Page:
The national conservative advocacy group Club for Growth has met the enemy, and the enemy is … Tommy G. Thompson.
Wisconsin’s popular former governor, sniffs Club for Growth spokesman Barney Keller, is “the sort of Republican who got us into this mess in the first place.” Thus the group is working to sabotage Thompson’s bid for retiring Democrat Herb Kohl’s U.S. Senate seat in 2012, even before he’s a declared candidate.
Club for Growth’s leadership includes close associates of GOP Senate wannabe Mark Neumann, and its political action committee has given him its endorsement. The group calls Thompson a “career politician” who supported “massive tax and spending increases” during his 14-year stint as Wisconsin governor. Moreover, the group says, Thompson’s “support for Obamacare is undeniable.”
Thompson denies it. “I did not support Obamacare,” he told the Associated Press. “Never have, and I continue to speak out against it. They got their facts wrong and continue to lie about my record.”
Keller says Club for Growth’s goal is “to affect policy in Washington” and as such will not back Thompson, even if he ends up being the GOP nominee against a Democrat it likes even less.
The group has produced an ad attacking Thompson, which Keller says is running in major TV markets throughout Wisconsin. It isn’t saying how much these ads cost, but Keller calls it “a substantial buy” and only the beginning.
“There’s a lot more where this came from,” Keller says. “We certainly have the ability to spend a lot of money to make sure Wisconsin voters are educated about Thompson’s record.”
Michael Beckel, a spokesman for the Center for Responsive Politics, a nonpartisan watchdog in Washington, D.C., says Club for Growth’s role in the political process is mainly to “help bankroll political campaigns” and “run advertising campaigns designed to aid their preferred candidates.”
Center for Responsive Politics data show that the national Club for Growth spent $8.2 million on independent expenditures in the 2010 election cycle on federal races. This included outlays of $183,205 against Wisconsin Democratic Sen. Russ Feingold, and $39,528 in favor of his victorious challenger, Republican Ron Johnson. This money comes from companies and individuals, almost all from out of state.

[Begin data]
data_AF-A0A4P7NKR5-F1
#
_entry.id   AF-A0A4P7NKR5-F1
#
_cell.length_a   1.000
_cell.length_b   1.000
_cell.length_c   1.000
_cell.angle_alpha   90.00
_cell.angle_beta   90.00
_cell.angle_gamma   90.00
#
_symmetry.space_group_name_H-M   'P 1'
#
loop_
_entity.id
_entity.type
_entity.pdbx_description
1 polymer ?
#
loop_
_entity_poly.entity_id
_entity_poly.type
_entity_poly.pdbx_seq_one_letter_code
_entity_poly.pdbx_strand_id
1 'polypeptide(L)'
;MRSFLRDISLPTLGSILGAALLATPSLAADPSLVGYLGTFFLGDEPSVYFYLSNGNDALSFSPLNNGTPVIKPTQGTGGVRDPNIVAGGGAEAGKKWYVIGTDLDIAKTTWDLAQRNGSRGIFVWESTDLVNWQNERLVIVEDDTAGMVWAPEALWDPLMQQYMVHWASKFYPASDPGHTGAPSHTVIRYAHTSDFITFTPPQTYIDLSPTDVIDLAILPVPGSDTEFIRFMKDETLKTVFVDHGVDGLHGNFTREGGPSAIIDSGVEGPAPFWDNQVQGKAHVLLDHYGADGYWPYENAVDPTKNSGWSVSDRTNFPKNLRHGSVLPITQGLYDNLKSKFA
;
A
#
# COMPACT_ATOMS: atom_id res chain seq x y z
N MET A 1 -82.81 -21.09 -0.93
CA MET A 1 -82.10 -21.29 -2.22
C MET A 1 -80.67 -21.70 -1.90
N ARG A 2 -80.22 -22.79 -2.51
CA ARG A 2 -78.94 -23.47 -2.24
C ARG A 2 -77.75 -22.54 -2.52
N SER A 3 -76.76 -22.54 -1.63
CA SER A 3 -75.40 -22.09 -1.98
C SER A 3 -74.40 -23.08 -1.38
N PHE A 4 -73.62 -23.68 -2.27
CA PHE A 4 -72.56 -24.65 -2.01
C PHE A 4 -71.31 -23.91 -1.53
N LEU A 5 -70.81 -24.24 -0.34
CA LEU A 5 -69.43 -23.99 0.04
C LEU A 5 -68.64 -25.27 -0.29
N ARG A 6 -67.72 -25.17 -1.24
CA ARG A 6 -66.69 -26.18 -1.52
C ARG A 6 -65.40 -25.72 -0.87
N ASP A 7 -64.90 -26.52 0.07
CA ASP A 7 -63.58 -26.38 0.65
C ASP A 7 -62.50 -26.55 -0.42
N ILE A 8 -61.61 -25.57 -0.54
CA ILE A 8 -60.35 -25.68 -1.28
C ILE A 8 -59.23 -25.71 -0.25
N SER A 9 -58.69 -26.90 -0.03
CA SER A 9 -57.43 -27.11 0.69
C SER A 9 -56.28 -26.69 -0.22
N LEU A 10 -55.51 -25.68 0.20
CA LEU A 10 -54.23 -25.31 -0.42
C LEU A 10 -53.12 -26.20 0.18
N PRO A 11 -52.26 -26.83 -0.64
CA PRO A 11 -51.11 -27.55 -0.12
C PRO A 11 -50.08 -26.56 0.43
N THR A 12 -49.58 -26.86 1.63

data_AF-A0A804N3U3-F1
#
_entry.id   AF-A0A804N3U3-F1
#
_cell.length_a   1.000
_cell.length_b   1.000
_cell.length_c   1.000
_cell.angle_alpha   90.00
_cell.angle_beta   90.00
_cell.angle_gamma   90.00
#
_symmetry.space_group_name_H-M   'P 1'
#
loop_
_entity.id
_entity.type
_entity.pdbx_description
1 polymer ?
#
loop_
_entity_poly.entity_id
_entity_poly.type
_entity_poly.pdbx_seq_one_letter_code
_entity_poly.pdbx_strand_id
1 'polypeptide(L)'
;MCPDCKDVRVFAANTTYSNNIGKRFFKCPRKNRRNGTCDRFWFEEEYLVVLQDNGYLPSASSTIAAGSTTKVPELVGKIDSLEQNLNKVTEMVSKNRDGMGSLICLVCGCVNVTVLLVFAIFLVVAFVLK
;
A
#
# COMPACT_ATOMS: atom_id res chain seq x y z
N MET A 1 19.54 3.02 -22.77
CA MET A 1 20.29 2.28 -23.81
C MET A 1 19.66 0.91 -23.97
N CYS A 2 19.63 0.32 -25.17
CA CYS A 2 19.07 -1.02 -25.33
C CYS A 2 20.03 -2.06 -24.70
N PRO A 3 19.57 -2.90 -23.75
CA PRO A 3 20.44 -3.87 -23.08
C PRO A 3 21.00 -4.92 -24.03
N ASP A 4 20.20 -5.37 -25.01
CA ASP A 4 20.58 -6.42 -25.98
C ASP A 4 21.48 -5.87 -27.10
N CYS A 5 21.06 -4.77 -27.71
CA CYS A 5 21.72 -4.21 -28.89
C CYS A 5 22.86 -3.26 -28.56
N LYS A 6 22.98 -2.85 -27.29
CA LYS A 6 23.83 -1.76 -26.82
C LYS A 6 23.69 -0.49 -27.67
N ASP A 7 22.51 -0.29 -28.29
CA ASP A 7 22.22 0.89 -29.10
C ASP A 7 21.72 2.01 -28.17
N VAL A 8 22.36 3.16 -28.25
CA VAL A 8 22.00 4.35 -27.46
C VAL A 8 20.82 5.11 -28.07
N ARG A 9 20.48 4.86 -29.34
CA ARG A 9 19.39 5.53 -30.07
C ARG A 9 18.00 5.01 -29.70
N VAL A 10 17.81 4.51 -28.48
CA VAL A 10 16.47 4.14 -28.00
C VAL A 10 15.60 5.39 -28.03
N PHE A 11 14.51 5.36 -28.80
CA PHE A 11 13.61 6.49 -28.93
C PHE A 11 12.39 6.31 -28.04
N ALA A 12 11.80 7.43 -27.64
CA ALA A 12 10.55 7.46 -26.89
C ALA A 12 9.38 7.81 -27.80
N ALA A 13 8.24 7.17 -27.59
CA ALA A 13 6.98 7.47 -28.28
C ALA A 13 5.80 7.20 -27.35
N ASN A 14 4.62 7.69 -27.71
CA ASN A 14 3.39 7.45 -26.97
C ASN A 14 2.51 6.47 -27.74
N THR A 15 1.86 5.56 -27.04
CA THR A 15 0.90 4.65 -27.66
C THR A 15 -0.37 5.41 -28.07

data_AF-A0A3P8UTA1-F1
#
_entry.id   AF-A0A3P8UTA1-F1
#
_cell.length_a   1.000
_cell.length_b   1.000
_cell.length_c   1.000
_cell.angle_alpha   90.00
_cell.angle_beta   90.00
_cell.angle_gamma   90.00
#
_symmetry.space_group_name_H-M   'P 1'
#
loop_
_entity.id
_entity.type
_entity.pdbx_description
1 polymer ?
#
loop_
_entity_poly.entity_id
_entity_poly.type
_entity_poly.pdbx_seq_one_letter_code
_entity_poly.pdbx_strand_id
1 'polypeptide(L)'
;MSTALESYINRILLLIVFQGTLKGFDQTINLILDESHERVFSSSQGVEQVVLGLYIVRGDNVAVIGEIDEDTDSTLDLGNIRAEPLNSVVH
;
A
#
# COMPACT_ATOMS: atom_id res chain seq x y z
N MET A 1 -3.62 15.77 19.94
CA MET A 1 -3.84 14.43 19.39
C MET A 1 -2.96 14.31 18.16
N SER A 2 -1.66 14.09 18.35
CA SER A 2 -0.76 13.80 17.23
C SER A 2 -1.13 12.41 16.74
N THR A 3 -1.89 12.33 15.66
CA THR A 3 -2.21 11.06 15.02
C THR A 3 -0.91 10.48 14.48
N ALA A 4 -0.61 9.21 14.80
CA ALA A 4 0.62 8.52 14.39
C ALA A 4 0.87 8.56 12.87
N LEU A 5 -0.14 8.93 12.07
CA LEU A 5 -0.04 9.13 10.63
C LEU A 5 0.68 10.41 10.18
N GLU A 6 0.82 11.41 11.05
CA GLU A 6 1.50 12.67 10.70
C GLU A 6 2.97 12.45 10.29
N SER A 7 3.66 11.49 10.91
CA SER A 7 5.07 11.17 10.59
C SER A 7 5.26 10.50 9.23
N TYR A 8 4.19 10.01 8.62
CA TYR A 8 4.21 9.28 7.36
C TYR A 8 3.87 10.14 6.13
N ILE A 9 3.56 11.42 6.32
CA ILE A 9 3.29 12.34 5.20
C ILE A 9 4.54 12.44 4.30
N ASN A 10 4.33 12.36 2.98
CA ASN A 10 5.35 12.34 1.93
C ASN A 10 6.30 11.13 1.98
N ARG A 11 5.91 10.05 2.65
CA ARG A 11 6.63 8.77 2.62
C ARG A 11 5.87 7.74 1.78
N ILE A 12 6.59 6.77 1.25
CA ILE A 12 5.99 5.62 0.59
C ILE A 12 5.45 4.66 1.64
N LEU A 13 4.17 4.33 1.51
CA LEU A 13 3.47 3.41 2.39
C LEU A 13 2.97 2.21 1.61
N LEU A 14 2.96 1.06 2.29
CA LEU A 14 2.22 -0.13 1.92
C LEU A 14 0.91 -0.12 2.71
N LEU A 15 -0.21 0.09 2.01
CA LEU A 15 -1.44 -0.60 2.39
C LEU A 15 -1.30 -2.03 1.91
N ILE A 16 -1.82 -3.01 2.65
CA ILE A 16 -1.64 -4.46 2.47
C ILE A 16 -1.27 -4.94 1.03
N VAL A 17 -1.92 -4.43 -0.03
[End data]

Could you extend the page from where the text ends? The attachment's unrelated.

The group also gave $5.9 million through its conduit, which bundles contributions from individuals to candidates. That included $268,187 to Johnson.
Keller insists his group is distinct from Wisconsin Club for Growth, its state affiliate. “They stick to state issues, we stick to federal issues,” he says. “We have literally zero contact with them.”
Deb Jordahl, a spokeswoman for Wisconsin Club for Growth, agrees: “The national and state clubs are completely separate entities.”
But both seem to have a lot of money.
According to Mike McCabe of the nonpartisan Wisconsin Democracy Campaign, which tracks campaign spending, Wisconsin Club for Growth spent more than $2 million and perhaps closer to $10 million on Wisconsin’s recent recall elections.
Wisconsin Club for Growth doesn’t disclose where it gets its money or, for the most part, how it is spent. This is legal because the group runs “issue ads” that do not directly tell people how to vote.
McCabe alleges that Wisconsin Club for Growth is little more than a post office box that directs money of uncertain origin into state campaigns. Jordahl demurs, saying her group, which operates out of an undisclosed location (its mail is delivered in Sun Prairie), is a “real, living, breathing organization” with more than 5,000 in-state donors and a weekly newsletter that goes to 40,000 people.
And Wisconsin Club for Growth has distanced itself from the national group’s efforts to kneecap Thompson. The group, in a statement, said: “We recognize Gov. Tommy Thompson’s significant contributions to improving Wisconsin’s economy and reforming government. Gov. Thompson served the citizens of Wisconsin with distinction for 14 years.”
The term “outside special interests” gets bandied about a lot, but the national Club for Growth is the real deal — a group of outsiders who presume that the citizens of Wisconsin need to be educated to dislike their own former governor, even against the judgment of its own state affiliate.